DO: throw away cups in an area you know the water aids will see them and be able to pick them up
How to train: Two weeks before the race
–Find some friends or family members to run with and register together! There are prizes given to the fastest and largest groups. Sign up on the website: http://www.princeton5k.com/
–Maintain a consistent diet so that you eat what you usually would on the day of the race! Aim for something that is high in energy and easily digestible, like fruit, toast, oatmeal, or whole-grain cereals.
–Stay hydrated while you train! Make sure to drink water in moderation throughout your workouts and on the day of the race.
–Know that you do not have to run the entire race. You can definitely walk the course if that is more comfortable.–Be aware of your fitness level. If you’re a veteran runner, stick to your training schedule. For newer runners, it won’t hurt to go out for a run in the lovely May weather! Start out with short and achievable distances and try to slowly build up to longer distances. Don’t run too much in one day without sufficient conditioning, and let your body accommodate to the change in exercise.
–Get lots of sleep and rest—especially in the days before the race. In fact, runnersworld.com finds that the amount of sleep you get the night before the race has a smaller effect than the quality and quantity of sleep you get the days before!
–Run the course a few days before the race to get a feel for what it’s like. To find the course map go to: http://www.princeton5k.com/.
The Day before the Race:
–Train lightly. Active.com recommends a short 20-minute jog. Don’t push yourself too hard or injure yourself the night before.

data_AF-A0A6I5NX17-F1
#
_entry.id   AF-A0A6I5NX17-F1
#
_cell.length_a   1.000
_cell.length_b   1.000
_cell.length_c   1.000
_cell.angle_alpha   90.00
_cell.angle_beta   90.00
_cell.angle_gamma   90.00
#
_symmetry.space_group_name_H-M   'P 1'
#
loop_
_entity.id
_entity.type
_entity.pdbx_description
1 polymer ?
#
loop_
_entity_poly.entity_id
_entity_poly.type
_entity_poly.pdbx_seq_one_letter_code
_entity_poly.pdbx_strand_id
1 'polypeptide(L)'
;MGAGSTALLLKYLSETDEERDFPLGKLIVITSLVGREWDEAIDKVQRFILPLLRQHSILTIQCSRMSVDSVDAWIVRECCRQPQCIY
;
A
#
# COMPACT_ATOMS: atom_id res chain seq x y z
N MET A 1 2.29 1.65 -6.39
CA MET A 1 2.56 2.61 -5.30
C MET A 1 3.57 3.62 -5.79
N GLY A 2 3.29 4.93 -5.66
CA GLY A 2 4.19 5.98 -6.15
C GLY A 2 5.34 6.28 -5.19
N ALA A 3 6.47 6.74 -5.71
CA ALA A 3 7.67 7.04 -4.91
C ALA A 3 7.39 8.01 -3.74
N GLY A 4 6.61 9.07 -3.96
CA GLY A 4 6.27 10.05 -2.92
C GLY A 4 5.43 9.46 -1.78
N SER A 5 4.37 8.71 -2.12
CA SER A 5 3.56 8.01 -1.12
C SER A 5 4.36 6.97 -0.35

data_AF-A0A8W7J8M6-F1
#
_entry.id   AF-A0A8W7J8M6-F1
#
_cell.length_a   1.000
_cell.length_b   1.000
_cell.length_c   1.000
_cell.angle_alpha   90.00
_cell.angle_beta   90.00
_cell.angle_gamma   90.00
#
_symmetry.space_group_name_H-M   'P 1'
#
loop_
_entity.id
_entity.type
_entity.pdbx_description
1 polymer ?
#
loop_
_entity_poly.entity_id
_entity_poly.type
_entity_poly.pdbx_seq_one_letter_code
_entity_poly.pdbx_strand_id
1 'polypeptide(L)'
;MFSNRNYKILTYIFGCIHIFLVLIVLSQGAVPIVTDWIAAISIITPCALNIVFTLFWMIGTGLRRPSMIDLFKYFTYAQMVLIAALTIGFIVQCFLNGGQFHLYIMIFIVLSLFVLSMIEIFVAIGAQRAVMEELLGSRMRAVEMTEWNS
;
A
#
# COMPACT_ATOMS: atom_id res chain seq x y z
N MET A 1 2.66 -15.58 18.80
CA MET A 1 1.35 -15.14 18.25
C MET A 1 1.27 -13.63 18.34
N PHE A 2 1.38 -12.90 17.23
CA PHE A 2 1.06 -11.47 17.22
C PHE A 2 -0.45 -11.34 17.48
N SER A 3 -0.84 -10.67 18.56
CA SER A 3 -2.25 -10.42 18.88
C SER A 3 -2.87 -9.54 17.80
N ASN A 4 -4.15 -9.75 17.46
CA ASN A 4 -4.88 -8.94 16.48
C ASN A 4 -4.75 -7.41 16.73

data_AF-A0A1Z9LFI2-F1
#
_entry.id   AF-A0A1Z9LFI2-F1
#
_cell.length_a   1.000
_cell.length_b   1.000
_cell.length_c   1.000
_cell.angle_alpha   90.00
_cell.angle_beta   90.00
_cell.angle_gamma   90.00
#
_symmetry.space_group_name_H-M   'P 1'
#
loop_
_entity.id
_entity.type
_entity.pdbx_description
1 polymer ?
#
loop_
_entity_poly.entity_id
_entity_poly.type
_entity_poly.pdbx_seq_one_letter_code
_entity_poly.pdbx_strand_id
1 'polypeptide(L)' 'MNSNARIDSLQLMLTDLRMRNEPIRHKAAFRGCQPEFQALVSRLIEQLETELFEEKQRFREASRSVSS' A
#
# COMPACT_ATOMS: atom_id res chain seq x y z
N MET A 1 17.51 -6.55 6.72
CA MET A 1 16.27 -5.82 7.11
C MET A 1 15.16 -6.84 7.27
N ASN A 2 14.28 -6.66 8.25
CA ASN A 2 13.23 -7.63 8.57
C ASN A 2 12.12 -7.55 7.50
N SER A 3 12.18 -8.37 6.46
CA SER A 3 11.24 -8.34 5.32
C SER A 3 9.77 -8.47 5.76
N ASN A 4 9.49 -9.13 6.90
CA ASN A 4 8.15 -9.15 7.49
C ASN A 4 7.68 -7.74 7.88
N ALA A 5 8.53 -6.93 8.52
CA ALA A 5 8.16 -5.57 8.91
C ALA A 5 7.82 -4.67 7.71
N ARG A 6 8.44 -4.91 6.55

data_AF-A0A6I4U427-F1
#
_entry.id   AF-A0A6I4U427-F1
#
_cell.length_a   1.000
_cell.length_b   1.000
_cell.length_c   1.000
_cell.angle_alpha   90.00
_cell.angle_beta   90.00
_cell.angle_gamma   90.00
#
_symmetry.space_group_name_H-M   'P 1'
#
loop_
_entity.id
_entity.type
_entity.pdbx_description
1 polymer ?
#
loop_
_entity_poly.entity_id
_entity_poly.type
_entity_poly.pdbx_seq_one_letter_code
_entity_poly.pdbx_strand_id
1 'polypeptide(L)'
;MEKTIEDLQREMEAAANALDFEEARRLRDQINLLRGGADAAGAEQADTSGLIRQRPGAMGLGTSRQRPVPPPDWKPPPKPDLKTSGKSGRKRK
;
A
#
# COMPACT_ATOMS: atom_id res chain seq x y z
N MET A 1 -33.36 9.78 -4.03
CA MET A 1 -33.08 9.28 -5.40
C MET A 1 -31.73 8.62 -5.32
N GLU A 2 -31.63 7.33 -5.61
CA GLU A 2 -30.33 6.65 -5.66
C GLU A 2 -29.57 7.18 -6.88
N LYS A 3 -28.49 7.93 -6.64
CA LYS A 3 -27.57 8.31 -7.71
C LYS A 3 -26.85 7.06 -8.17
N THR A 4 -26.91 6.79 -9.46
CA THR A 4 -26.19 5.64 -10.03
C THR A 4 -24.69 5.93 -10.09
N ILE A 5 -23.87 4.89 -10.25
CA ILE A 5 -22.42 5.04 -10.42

–Get lots of sleep. Don’t be too anxious about this race, it’s just a community 5k!
–Eat what you normally eat, but filling up on carbohydrates won’t hurt.
The Day of the Race:
–Eat a healthy and normal breakfast preferably two hours before the race.–Remember to hydrate before the race. Don’t drink too much water before running or you’ll experience waterbelly, where you can feel the water sloshing in your stomach.
–Be sure to get to the race location early. If you haven’t registered, be sure to do that now. Otherwise, get ready by securing your race bib on the front of your shirt and warming up. Active.com recommends you start warming up 25 minutes before the race with an easy jog. Head Coach Smirk suggests dynamic stretches and exercises to get your heart pumping and ready to race.
–Pace yourself. You don’t want to go all out in the beginning of the race and use up all of your energy.
–Walking is allowed. Don’t be scared of taking a small break and walking portions of the race.
–There will be water stations along the way! Pour a cold cup of water on your head to get refreshed and be sure to hydrate.
–Have a strong finish and begin to run faster when you see the last quarter mile marker.
–Have lots of fun! Meet more people within your community, and be prepared for ugly race photos at the end!